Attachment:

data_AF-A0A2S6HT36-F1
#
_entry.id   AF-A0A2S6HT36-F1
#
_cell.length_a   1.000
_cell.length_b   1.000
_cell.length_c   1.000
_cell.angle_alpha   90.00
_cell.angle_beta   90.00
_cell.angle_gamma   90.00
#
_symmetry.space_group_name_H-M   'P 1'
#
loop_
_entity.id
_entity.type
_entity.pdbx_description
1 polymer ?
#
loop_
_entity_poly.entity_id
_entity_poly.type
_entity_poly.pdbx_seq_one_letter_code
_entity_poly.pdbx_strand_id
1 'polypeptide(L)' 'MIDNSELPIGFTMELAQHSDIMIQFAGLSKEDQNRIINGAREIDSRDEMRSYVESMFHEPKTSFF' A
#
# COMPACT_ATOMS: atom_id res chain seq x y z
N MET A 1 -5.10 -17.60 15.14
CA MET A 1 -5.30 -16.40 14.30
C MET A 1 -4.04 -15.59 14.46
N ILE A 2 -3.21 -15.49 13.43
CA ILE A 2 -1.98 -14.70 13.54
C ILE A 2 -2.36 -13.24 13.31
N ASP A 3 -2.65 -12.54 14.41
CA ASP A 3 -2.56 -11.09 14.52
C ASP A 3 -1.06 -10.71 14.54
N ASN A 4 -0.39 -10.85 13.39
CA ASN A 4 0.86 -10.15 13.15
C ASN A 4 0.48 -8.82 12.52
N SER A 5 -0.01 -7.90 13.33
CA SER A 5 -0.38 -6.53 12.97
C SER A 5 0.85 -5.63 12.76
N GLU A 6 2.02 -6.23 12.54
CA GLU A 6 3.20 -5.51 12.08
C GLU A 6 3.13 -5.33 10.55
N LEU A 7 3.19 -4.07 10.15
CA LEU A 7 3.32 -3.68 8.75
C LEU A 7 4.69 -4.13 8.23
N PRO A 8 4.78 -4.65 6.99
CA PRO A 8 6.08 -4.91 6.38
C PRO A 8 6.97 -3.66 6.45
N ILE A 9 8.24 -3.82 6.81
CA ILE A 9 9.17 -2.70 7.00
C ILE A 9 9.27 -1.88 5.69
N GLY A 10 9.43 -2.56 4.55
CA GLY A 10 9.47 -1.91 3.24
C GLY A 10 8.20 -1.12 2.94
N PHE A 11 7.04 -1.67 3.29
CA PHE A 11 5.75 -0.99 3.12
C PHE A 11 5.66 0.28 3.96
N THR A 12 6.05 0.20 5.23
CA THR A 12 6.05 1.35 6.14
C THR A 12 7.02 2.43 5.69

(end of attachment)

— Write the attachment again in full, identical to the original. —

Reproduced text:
data_AF-A0A2S6HT36-F1
#
_entry.id   AF-A0A2S6HT36-F1
#
_cell.length_a   1.000
_cell.length_b   1.000
_cell.length_c   1.000
_cell.angle_alpha   90.00
_cell.angle_beta   90.00
_cell.angle_gamma   90.00
#
_symmetry.space_group_name_H-M   'P 1'
#
loop_
_entity.id
_entity.type
_entity.pdbx_description
1 polymer ?
#
loop_
_entity_poly.entity_id
_entity_poly.type
_entity_poly.pdbx_seq_one_letter_code
_entity_poly.pdbx_strand_id
1 'polypeptide(L)' 'MIDNSELPIGFTMELAQHSDIMIQFAGLSKEDQNRIINGAREIDSRDEMRSYVESMFHEPKTSFF' A
#
# COMPACT_ATOMS: atom_id res chain seq x y z
N MET A 1 -5.10 -17.60 15.14
CA MET A 1 -5.30 -16.40 14.30
C MET A 1 -4.04 -15.59 14.46
N ILE A 2 -3.21 -15.49 13.43
CA ILE A 2 -1.98 -14.70 13.54
C ILE A 2 -2.36 -13.24 13.31
N ASP A 3 -2.65 -12.54 14.41
CA ASP A 3 -2.56 -11.09 14.52
C ASP A 3 -1.06 -10.71 14.54
N ASN A 4 -0.39 -10.85 13.39
CA ASN A 4 0.86 -10.15 13.15
C ASN A 4 0.48 -8.82 12.52
N SER A 5 -0.01 -7.90 13.33
CA SER A 5 -0.38 -6.53 12.97
C SER A 5 0.85 -5.63 12.76
N GLU A 6 2.02 -6.23 12.54
CA GLU A 6 3.20 -5.51 12.08
C GLU A 6 3.13 -5.33 10.55
N LEU A 7 3.19 -4.07 10.15
CA LEU A 7 3.32 -3.68 8.75
C LEU A 7 4.69 -4.13 8.23
N PRO A 8 4.78 -4.65 6.99
CA PRO A 8 6.08 -4.91 6.38
C PRO A 8 6.97 -3.66 6.45
N ILE A 9 8.24 -3.82 6.81
CA ILE A 9 9.17 -2.70 7.00
C ILE A 9 9.27 -1.88 5.69
N GLY A 10 9.43 -2.56 4.55
CA GLY A 10 9.47 -1.91 3.24
C GLY A 10 8.20 -1.12 2.94
N PHE A 11 7.04 -1.67 3.29
CA PHE A 11 5.75 -0.99 3.12
C PHE A 11 5.66 0.28 3.96
N THR A 12 6.05 0.20 5.23
CA THR A 12 6.05 1.35 6.14
C THR A 12 7.02 2.43 5.69